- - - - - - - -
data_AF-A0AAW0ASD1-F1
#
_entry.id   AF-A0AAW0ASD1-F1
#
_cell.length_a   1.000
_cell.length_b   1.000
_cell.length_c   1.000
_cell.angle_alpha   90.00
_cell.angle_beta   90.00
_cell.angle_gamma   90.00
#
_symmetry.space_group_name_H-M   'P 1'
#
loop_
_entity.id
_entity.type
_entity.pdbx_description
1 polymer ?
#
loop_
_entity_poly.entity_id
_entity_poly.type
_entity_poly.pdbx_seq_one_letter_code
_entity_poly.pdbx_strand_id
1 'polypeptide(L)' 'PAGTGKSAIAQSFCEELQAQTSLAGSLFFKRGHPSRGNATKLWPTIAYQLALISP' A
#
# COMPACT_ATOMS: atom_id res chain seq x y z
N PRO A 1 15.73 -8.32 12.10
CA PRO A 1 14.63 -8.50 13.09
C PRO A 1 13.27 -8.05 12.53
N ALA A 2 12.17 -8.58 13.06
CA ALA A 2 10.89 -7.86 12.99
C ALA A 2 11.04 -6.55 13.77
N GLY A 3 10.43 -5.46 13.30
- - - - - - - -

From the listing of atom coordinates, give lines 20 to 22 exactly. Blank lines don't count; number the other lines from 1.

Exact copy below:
loop_
_entity_poly.entity_id
_entity_poly.type